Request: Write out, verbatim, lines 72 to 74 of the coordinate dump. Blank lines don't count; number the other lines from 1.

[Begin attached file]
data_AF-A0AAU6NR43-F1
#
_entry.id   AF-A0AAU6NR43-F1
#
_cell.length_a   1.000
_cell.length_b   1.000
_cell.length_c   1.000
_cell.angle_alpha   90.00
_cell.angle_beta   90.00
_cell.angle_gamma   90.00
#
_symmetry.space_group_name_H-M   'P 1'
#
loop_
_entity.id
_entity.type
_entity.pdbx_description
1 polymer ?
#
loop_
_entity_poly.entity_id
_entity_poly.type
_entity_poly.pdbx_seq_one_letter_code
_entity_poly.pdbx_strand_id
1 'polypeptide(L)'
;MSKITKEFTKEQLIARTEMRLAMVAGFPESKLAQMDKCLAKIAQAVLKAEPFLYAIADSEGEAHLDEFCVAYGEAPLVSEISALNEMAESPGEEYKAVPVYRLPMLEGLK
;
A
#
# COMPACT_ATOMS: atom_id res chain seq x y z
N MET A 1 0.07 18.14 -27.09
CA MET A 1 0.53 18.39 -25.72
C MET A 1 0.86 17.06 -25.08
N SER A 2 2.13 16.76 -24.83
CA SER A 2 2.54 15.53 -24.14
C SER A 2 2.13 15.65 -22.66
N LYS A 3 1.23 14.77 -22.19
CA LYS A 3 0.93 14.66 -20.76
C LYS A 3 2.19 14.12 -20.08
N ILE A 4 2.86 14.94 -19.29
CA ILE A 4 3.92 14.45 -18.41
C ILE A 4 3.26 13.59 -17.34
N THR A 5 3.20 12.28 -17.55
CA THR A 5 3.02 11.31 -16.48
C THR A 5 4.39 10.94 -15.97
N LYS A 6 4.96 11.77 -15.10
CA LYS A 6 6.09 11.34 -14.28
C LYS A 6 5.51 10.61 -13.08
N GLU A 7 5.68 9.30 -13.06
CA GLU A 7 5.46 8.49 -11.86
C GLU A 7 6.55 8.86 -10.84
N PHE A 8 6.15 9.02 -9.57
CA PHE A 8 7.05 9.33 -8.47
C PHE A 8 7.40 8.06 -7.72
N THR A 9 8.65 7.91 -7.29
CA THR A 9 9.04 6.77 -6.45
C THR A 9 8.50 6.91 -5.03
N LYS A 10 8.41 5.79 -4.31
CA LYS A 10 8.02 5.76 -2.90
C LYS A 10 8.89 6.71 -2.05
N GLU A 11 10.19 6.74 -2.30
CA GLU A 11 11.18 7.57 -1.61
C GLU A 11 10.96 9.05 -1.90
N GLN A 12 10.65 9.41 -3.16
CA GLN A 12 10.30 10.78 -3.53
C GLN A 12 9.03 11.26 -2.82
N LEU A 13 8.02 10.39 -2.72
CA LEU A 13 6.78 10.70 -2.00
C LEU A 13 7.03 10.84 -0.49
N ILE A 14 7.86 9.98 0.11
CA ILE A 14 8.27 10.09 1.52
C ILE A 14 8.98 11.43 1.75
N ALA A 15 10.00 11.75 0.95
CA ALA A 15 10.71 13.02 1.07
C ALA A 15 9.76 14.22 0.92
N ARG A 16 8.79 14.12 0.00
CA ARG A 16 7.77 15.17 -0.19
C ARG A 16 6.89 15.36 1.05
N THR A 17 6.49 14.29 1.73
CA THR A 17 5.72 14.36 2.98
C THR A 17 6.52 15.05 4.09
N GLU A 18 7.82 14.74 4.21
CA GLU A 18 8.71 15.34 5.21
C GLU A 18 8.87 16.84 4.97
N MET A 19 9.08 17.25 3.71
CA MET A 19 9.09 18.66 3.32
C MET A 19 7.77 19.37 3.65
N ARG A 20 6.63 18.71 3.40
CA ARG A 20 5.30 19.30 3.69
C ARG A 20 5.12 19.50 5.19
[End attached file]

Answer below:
C ILE A 14 8.98 11.43 1.75
N ALA A 15 10.00 11.75 0.95
CA ALA A 15 10.71 13.02 1.07